Brad Haddin is the No.1 ticketholder in the crusty and cranky old guard of Australian cricket.
Steve Smith is a leading member of the nation’s new guard.
Twelve years apart in age and manner but brought together in common cause at the SCG, they shared at least one fundamental – that attack is the best means of defence – to crunch England in the fifth Test.
Smith’s second century of the series – and third in six Ashes Tests – was the mainstay of Australia’s 326.
But Australia would not have found such a position of strength on a SCG pitch that provided considerable bounce and seam movement without yet another Haddin rearguard action.
The 36-year-old wicketkeeper’s blazing 75 took his team from serious trouble at 5-97 to a position where early wickets today could underwrite Australia’s bid for a 5-0 clean sweep.
Mitchell Johnson then claimed his 32nd wicket of the series when Michael Carberry fended to Nathan Lyon at leg slip for a duck to reward Australia for a canny fielding position and leave England reeling at 1-8.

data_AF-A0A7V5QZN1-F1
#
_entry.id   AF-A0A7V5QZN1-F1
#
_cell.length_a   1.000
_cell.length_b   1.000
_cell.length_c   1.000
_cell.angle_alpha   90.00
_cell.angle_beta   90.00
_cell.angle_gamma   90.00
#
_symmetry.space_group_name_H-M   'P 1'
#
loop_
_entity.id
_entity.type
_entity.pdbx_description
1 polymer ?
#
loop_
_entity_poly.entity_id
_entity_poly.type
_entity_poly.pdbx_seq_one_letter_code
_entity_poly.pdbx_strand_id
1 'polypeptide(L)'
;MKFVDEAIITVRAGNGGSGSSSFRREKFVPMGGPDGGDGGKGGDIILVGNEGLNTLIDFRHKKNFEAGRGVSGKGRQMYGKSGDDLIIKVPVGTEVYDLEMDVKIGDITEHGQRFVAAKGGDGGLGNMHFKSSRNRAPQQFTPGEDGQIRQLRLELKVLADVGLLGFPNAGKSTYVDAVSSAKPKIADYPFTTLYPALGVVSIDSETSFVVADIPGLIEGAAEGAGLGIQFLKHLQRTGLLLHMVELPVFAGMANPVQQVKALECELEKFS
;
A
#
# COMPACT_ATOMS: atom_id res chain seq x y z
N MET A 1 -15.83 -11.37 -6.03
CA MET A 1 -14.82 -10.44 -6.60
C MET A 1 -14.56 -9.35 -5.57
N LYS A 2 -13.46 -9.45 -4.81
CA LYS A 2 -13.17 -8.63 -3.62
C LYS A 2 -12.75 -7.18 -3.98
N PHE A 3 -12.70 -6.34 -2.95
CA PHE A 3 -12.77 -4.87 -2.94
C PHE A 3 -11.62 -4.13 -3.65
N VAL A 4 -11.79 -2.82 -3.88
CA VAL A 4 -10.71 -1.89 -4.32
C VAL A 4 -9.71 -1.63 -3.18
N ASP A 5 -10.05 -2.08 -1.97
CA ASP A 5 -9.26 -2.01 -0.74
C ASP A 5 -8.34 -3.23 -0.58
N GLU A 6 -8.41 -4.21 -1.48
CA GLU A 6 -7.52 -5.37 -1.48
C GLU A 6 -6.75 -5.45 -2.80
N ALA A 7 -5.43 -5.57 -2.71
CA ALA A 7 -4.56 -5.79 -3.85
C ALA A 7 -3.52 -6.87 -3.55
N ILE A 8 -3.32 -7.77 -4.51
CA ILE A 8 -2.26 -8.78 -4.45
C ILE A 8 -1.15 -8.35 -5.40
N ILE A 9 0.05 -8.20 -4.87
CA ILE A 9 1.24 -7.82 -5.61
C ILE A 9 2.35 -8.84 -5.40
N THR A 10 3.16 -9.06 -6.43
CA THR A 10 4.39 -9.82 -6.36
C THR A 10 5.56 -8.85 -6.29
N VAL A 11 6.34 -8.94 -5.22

Nightwatchman James Anderson was peppered for 10 deliveries but survived long enough to protect Alastair Cook who will start on seven today with a large burden on his shoulders.
Haddin has gone past 50 in six of his seven innings this series but the most remarkable feature of his batting has been his capacity to produce half-centuries from positions of adversity in each of Australia’s first innings.
His first-innings scores have been 94, 53, 55, 65 and now 75 to help him challenge speedster Mitchell Johnson as the most influential player in the series.
England’s inability to convert advantage into control has been a constant theme throughout the series.
But their disastrous tour has uncovered a gem in all-rounder Ben Stokes whose six-wicket haul complemented his century at the WACA Ground last month.
Stokes became just the 13th player in Test history to reach three figures and claim six wickets in the same series.
And he could have been part of an even rarer field after just failing to complete a hat-trick in the final over of the Australian innings in which he picked up three wickets and had a catch dropped.
England gave debuts to batsman Gary Ballance, occasional legspinner Scott Borthwick and Irish paceman Boyd Rankin but received little joy from the latter two players.
Rankin broke down with a hamstring injury during his ninth over, returned later for one delivery to test the muscle but then limped off and may not bowl again in the match.
Johnson holed out to Borthwick but the young spinner could barely find a length during seven expensive overs during which he bowled an array of full tosses, including one waist-high gift to Smith that helped him move from 99 to 103.
The one sour note for the Aussies was George Bailey's dismissal for one, which may close the door on his Test career.